Domestic car and motorcycle sales may bear the brunt if Thai financial institutions are affected by the risk of failed banks in the US and Europe, says the Federation of Thai Industries (FTI).
The concern was raised after US and European banking executives and regulators stepped in to save California-based Silicon Valley Bank, New York-based Signature Bank and 167-year-old Credit Suisse in Zurich, Switzerland from potential crisis.
If the financial turbulence cannot be contained, the global financial system will be affected, which may eventually have a negative impact on Thai banks and non-banks that grant loans to car and motorcycle buyers, said Surapong Paisitpatanapong, vice-chairman of the FTI and spokesman for its Automotive Industry Club.
"The FTI is closely monitoring whether global financial institutions will face an impact," he said.
The federation also expressed worry over the US Federal Reserve's latest decision to hike interest rates by 0.25% as it continues to tamp down high inflation.
This may cause the Bank of Thailand to raise its policy rate, which will drive up loan interest rates at commercial banks and consequently affect loan requests and people's purchasing power, said Mr Surapong.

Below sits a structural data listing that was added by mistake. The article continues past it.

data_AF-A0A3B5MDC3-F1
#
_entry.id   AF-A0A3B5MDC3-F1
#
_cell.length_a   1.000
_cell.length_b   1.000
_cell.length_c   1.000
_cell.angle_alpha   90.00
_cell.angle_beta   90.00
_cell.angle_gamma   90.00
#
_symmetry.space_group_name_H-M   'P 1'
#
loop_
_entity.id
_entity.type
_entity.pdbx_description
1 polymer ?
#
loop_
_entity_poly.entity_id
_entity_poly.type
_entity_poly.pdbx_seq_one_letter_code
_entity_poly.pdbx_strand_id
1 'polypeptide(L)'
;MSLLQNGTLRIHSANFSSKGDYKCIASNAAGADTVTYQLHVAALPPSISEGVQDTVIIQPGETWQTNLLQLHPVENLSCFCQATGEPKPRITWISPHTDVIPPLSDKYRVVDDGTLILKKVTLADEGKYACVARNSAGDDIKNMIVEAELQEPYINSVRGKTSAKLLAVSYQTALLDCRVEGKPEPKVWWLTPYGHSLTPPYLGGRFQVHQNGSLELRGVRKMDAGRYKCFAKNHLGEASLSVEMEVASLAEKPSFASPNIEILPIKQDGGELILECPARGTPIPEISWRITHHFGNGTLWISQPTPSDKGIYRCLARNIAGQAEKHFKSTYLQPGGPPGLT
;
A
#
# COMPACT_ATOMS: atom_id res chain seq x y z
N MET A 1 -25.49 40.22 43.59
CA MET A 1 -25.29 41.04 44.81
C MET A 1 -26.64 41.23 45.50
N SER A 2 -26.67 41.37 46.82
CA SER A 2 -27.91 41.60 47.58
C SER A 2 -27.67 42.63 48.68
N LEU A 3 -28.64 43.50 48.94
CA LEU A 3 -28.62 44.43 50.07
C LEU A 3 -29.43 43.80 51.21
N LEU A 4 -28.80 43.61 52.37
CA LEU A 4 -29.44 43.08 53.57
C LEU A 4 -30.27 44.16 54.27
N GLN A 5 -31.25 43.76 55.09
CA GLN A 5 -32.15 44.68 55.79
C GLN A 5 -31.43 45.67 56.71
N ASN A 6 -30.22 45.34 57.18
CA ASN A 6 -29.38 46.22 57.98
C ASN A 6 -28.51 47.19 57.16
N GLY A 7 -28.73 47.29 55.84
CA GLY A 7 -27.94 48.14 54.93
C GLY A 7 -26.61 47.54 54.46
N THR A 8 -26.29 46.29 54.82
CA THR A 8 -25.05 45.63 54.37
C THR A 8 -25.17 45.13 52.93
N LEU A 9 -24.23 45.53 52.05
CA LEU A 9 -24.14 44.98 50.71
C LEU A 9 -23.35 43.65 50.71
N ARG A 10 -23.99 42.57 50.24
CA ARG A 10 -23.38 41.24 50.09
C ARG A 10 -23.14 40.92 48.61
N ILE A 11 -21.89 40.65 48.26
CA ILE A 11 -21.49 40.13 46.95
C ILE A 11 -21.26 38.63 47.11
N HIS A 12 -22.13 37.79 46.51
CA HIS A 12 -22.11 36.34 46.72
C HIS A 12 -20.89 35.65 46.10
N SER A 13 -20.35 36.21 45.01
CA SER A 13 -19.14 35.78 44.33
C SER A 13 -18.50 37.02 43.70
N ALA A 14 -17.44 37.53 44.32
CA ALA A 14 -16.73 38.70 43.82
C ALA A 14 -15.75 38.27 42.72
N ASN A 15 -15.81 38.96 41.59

Loan rejection rates for car and motorcycle purchases are currently less than 30%, which are considered normal.
If the Thai automotive industry is not overburdened by these negative factors, total car output will reach its target of 1.95 million units this year, an increase of 3.53% from more than 1.88 million units in 2022, said the club.
The 12-day Bangkok International Motor Show, which runs until April 2, is among positive factors that will drive car sales.
"We expect the event will culminate with visitors booking around 40,000 cars, compared with 30,000 at the 2022 show," said Mr Surapong.
In February, total car production rose by 6.3% year-on-year to 165,612 units.
Car manufacturing for export rose by 11.4% year-on-year to 88,525 units in the same month, as the global semiconductor shortage continued to ease, he said.
Domestic car sales dipped by 3.9% year-on-year to 71,551 units.
"The domestic decline was attributed to global car makers raising production for exports, especially pickups, causing domestic sales to drop," said Mr Surapong.